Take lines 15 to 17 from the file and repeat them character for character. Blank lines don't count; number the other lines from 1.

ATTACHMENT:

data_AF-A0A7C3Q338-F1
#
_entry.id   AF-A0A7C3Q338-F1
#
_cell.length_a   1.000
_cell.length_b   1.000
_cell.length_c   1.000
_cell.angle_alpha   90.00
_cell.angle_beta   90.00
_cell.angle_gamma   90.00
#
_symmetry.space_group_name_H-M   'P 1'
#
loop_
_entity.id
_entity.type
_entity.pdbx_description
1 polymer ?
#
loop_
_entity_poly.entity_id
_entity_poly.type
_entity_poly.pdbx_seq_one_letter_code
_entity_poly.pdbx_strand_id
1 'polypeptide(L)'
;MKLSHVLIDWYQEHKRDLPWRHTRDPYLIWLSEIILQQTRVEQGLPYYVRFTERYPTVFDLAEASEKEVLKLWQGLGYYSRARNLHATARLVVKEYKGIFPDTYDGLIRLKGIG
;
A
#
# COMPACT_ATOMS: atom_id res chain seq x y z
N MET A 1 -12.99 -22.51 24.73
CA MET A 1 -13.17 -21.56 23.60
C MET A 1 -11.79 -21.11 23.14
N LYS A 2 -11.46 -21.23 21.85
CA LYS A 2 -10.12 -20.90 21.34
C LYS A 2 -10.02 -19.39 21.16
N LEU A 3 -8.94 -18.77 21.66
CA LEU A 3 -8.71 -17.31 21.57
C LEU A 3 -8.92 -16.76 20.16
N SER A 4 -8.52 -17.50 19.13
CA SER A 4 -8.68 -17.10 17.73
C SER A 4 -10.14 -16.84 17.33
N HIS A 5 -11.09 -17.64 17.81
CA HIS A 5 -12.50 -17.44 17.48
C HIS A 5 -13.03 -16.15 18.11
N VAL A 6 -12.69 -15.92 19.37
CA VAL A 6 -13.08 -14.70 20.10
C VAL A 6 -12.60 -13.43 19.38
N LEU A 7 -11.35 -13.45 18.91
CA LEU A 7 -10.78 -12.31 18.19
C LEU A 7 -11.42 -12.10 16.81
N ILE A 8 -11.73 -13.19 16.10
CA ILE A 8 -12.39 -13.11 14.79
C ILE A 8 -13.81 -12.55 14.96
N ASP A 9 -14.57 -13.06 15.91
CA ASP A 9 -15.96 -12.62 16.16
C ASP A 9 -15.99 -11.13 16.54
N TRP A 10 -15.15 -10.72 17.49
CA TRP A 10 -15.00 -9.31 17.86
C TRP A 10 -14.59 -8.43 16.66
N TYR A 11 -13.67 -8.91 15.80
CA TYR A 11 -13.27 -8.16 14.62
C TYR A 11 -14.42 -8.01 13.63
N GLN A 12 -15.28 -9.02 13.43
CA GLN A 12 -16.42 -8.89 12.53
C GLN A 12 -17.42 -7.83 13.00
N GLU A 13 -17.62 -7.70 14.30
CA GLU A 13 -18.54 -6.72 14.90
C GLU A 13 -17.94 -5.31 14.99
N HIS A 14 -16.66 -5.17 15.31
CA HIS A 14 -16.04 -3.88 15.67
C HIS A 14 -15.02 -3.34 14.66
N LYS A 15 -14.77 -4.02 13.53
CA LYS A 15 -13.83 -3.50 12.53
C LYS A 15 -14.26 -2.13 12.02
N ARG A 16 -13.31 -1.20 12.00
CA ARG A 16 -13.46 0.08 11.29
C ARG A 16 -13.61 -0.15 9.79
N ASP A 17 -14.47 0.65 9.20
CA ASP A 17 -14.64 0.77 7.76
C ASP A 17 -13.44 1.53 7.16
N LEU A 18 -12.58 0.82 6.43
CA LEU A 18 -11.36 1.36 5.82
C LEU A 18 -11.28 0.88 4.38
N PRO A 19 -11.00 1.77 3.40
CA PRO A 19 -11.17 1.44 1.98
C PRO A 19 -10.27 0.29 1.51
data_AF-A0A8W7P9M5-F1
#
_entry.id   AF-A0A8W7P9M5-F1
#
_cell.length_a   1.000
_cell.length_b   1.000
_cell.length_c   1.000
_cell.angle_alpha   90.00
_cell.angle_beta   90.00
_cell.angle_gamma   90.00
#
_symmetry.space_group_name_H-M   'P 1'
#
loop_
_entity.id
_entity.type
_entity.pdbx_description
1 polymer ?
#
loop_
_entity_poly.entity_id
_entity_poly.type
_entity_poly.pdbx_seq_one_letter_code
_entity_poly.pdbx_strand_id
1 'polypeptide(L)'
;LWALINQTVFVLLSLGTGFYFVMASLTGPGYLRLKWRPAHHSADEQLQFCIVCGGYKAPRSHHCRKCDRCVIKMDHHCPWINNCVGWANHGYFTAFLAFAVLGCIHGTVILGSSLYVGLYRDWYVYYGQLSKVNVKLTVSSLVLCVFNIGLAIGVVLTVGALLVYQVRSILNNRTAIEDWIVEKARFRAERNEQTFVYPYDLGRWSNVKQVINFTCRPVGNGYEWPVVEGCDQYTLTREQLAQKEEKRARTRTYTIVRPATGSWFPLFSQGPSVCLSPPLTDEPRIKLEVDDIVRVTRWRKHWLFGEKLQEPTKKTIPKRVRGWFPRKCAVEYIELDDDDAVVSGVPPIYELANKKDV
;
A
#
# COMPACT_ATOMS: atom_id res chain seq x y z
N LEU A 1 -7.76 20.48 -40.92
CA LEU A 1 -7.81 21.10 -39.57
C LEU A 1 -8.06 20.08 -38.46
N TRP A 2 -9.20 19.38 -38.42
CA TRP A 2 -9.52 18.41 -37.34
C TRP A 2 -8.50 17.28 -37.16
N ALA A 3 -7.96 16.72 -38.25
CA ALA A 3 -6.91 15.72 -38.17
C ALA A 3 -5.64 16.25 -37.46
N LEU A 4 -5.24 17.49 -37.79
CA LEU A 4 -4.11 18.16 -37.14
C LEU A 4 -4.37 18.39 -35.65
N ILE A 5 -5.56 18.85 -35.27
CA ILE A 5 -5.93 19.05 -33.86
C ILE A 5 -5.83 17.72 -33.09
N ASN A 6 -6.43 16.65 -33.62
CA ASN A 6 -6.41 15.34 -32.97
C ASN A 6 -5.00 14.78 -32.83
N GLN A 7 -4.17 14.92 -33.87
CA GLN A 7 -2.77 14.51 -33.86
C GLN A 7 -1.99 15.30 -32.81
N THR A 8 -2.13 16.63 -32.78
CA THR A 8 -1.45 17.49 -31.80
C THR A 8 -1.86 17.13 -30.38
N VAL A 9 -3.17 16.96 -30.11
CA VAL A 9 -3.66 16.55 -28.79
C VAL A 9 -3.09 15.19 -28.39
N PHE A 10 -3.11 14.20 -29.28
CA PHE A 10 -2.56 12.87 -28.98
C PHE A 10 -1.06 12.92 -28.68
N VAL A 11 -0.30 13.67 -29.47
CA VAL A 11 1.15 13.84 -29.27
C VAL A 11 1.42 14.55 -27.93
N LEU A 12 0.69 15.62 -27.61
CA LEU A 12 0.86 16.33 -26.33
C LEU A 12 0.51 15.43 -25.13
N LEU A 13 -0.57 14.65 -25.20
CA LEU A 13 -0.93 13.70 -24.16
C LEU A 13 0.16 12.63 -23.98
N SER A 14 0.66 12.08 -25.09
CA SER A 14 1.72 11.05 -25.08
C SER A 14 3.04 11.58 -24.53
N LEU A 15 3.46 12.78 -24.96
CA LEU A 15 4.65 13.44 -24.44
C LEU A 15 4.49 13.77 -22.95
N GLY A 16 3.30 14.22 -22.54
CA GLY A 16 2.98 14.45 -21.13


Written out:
_entity.id
_entity.type
_entity.pdbx_description